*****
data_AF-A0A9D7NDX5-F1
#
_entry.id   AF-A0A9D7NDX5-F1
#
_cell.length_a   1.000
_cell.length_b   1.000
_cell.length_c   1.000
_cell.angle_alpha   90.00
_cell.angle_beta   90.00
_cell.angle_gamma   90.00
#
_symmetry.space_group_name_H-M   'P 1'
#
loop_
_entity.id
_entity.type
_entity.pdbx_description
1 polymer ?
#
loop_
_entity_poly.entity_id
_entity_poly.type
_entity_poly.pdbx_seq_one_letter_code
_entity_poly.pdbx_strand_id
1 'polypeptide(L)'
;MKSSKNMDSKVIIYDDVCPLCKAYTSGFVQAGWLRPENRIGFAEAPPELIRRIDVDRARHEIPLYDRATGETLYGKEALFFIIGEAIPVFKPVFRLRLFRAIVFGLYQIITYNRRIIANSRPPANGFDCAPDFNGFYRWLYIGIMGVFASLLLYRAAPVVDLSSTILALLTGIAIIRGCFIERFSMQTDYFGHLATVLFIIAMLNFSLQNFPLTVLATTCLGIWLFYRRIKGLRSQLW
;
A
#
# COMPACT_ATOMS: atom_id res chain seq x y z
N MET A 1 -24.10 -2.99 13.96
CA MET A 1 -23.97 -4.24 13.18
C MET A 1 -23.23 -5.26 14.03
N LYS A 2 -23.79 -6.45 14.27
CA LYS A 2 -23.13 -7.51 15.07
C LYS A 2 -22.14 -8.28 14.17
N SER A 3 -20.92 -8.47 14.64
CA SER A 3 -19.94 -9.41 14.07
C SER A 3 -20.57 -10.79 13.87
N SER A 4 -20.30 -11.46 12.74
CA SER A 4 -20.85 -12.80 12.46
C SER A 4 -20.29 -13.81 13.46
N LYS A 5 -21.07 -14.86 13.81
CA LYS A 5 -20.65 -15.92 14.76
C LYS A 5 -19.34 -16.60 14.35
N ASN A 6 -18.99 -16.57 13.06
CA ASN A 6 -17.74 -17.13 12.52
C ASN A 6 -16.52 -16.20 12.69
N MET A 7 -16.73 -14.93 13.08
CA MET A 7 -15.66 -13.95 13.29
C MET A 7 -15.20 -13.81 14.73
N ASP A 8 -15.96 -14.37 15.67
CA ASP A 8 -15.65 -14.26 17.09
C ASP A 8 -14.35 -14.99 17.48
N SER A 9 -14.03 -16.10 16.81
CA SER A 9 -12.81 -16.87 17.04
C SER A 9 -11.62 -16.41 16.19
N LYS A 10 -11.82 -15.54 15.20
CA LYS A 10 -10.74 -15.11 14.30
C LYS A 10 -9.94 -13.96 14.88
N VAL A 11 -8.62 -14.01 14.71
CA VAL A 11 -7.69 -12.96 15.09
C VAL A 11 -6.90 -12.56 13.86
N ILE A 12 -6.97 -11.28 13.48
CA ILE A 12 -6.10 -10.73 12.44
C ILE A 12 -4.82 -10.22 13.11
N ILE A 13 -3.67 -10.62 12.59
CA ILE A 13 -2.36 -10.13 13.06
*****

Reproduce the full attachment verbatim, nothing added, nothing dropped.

data_AF-A0A9D7NDX5-F1
#
_entry.id   AF-A0A9D7NDX5-F1
#
_cell.length_a   1.000
_cell.length_b   1.000
_cell.length_c   1.000
_cell.angle_alpha   90.00
_cell.angle_beta   90.00
_cell.angle_gamma   90.00
#
_symmetry.space_group_name_H-M   'P 1'
#
loop_
_entity.id
_entity.type
_entity.pdbx_description
1 polymer ?
#
loop_
_entity_poly.entity_id
_entity_poly.type
_entity_poly.pdbx_seq_one_letter_code
_entity_poly.pdbx_strand_id
1 'polypeptide(L)'
;MKSSKNMDSKVIIYDDVCPLCKAYTSGFVQAGWLRPENRIGFAEAPPELIRRIDVDRARHEIPLYDRATGETLYGKEALFFIIGEAIPVFKPVFRLRLFRAIVFGLYQIITYNRRIIANSRPPANGFDCAPDFNGFYRWLYIGIMGVFASLLLYRAAPVVDLSSTILALLTGIAIIRGCFIERFSMQTDYFGHLATVLFIIAMLNFSLQNFPLTVLATTCLGIWLFYRRIKGLRSQLW
;
A
#
# COMPACT_ATOMS: atom_id res chain seq x y z
N MET A 1 -24.10 -2.99 13.96
CA MET A 1 -23.97 -4.24 13.18
C MET A 1 -23.23 -5.26 14.03
N LYS A 2 -23.79 -6.45 14.27
CA LYS A 2 -23.13 -7.51 15.07
C LYS A 2 -22.14 -8.28 14.17
N SER A 3 -20.92 -8.47 14.64
CA SER A 3 -19.94 -9.41 14.07
C SER A 3 -20.57 -10.79 13.87
N SER A 4 -20.30 -11.46 12.74
CA SER A 4 -20.85 -12.80 12.46
C SER A 4 -20.29 -13.81 13.46
N LYS A 5 -21.07 -14.86 13.81
CA LYS A 5 -20.65 -15.92 14.76
C LYS A 5 -19.34 -16.60 14.35
N ASN A 6 -18.99 -16.57 13.06
CA ASN A 6 -17.74 -17.13 12.52
C ASN A 6 -16.52 -16.20 12.69
N MET A 7 -16.73 -14.93 13.08
CA MET A 7 -15.66 -13.95 13.29
C MET A 7 -15.20 -13.81 14.73
N ASP A 8 -15.96 -14.37 15.67
CA ASP A 8 -15.65 -14.26 17.09
C ASP A 8 -14.35 -14.99 17.48
N SER A 9 -14.03 -16.10 16.81
CA SER A 9 -12.81 -16.87 17.04
C SER A 9 -11.62 -16.41 16.19
N LYS A 10 -11.82 -15.54 15.20
CA LYS A 10 -10.74 -15.11 14.30
C LYS A 10 -9.94 -13.96 14.88
N VAL A 11 -8.62 -14.01 14.71
CA VAL A 11 -7.69 -12.96 15.09
C VAL A 11 -6.90 -12.56 13.86
N ILE A 12 -6.97 -11.28 13.48
CA ILE A 12 -6.10 -10.73 12.44
C ILE A 12 -4.82 -10.22 13.11
N ILE A 13 -3.67 -10.62 12.59
CA ILE A 13 -2.36 -10.13 13.06